We are pleased to announce the release of our official Docker image for Consul. Consul is a modern datacenter runtime that provides service discovery, configuration, and orchestration capabilities.
The official Docker image makes a development or production cluster just one command away for any Docker-powered clusters. Through the review process, we've worked closely with the folks at Docker to iterate and make an image that's safe, intuitive, and easy to use.
Consul is our first tool to have an official Docker image. We’ll be updating the Docker image alongside all new releases of Consul. More HashiCorp tooling will be distributed as Docker images going forward.
We spent a lot of time and effort to ensure that the single Docker image can be used for both development and production. With just a few different command-line flags, you’re a single
docker run consul away from a cluster at home or in a production datacenter.
At HashiCorp, we strive for a great out-of-box experience for all our tooling. Our Docker image is no different: we knew that
docker run consul would be the first thing people did to try Consul with Docker, so we optimized the defaults for development.
When you run
docker run consul, you get a working development Consul server running instantly:
$ docker run consul
==> Starting Consul agent...
==> Starting Consul agent RPC...
==> Consul agent running!
This configures Consul to be completely in-memory with default Docker networking and no services exposed to the host. This is perfect for development where you want to test or use the API without having to configure a cluster.
Development mode also starts the Consul web UI on port 8500, giving users a graphical interface to interact with their Consul cluster.
To run Consul in production, you just have to
docker run consul agent. This will directly run the
consul agent command, disable all the development defaults, and enable all the production defaults.
To ensure the Docker image is practical for production, we included a number of features:
The entry point script automatically sets Consul’s persistent data directory to a location on a volume for easy state management.
Consul can be configured to bind to an interface or set its client interface by setting
CONSUL_CLIENT_INTERFACE environment variables. Production Docker clusters often have many networking interfaces and this makes it easy to bind to the correct one.
CONSUL_LOCAL_CONFIG environment variable allows configuration JSON to be included in the image on the fly without having to compose a new container or mount a volume.
The full documentation covers detailed production topics such as the use of
-net=host, techniques for mapping DNS to port 53 on the host, configuring DNS in other containers, and more.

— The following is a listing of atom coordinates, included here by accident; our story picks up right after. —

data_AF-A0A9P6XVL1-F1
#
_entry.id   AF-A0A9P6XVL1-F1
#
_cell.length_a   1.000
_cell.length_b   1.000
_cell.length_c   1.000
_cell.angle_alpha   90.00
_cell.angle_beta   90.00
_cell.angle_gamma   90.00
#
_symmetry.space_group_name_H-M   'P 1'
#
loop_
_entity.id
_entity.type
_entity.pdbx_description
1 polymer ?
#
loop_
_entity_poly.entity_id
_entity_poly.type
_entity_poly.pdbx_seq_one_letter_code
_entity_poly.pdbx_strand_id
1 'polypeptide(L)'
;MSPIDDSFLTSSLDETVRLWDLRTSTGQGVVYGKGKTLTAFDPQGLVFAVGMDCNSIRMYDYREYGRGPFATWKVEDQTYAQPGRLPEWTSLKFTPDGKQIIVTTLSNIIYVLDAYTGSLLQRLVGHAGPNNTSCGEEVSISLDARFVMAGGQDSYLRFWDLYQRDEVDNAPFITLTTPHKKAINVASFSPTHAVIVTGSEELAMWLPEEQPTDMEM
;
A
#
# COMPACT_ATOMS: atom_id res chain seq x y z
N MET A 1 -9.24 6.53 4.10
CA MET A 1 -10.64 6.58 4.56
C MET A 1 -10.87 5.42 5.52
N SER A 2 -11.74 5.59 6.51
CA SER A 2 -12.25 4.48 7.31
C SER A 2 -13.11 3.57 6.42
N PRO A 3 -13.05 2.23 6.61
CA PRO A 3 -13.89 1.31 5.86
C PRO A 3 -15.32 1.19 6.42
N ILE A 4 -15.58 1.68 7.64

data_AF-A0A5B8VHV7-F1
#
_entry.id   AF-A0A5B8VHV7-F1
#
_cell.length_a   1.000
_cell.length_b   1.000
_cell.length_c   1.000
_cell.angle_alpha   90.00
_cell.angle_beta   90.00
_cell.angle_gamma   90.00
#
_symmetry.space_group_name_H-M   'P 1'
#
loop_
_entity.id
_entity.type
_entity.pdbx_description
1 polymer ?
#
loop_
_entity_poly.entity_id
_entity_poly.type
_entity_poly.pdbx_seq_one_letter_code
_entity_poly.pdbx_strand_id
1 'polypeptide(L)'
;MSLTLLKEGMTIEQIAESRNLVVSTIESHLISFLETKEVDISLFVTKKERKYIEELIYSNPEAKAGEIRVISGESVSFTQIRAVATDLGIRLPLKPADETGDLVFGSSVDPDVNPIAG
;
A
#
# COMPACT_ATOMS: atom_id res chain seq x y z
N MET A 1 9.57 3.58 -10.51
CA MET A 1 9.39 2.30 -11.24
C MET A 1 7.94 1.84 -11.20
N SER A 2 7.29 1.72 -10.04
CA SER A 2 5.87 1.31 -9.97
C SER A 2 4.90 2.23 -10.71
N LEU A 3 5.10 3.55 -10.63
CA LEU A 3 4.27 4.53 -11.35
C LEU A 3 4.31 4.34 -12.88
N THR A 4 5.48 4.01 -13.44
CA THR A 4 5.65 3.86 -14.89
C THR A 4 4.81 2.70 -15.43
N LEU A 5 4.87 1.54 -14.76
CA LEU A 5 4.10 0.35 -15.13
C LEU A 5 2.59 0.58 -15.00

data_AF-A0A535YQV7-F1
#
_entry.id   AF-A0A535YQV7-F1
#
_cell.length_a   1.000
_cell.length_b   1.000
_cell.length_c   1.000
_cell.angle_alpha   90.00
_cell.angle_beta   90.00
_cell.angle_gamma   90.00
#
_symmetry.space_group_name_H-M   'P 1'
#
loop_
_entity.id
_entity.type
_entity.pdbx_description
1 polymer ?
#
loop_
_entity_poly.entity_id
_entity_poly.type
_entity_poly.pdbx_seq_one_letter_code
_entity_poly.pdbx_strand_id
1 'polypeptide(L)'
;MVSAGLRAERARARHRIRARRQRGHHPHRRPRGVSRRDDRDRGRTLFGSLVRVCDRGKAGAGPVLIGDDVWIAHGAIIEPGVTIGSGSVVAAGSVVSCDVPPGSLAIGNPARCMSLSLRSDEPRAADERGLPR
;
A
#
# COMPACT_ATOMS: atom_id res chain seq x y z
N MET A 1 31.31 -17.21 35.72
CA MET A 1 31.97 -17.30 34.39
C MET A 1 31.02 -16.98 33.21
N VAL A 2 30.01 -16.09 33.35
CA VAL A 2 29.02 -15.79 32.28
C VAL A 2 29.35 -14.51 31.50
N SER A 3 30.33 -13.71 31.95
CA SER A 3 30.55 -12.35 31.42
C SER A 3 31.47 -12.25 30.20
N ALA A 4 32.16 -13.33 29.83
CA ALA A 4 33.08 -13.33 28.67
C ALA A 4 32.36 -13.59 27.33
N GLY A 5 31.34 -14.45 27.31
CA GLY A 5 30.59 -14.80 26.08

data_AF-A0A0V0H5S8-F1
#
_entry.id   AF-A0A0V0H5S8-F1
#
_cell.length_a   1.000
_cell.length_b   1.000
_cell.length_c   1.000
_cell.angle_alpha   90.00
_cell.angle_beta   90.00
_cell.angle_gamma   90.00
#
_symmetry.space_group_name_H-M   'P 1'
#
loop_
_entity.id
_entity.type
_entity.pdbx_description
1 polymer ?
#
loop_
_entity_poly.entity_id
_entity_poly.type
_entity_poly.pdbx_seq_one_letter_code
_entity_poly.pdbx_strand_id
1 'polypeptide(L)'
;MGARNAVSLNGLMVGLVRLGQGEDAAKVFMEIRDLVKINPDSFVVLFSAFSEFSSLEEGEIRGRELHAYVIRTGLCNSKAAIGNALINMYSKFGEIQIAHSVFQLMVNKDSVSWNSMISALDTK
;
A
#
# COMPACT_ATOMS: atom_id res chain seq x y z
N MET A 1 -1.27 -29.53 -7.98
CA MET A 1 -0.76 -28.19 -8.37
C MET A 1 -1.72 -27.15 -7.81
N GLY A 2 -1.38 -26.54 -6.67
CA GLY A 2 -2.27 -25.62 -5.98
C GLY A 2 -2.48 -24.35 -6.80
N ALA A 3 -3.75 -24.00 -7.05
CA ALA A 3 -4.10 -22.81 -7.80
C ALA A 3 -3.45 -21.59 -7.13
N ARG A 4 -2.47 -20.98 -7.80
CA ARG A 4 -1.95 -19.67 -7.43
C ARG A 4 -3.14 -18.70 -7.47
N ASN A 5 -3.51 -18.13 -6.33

In addition to the Docker Hub documentation, we are working on documentation on Consul’s website which will include many more detailed examples for the various container service discovery tools, so look for that in the coming weeks!
Docker image anatomy is a sensitive subject for many Docker users. We worked closely with Docker and the community to ensure that we built an image using Docker best practices that everyone can be happy with.
The Consul official image is built on top of an Alpine Linux base image to provide a relatively small surface area to secure while still providing a rich enough environment for interactive development use, health check scripts, and watch scripts. The image also includes a base set of CA certificates to make it easy to enable features like Atlas integration out of the box.
The image uses dumb-init to handle reaping child subprocesses and gosu to run as a dedicated
consul user. The image’s entry point script configures Consul by default with these two tools so you get a best practices running environment without any additional work.
We're excited to have released an official Consul Docker image. We want HashiCorp Docker images to not just be a packaging format, but a full-featured ready-to-run system in and of itself. This, plus the added look and feel requirements for any HashiCorp release caused this to take a bit longer than we had hoped.
The end result is a Docker image that we think is extremely high quality for both development and production. We're also very proud of the quality of documentation for this image, covering in detail both the development and production usage of it.
We've already begun creating images for other HashiCorp products at the HashiCorp Docker Hub repository, including Packer and Terraform. We hope to release official images for more products in the coming months. Please stay tuned as we continue to expand our library of Docker images.
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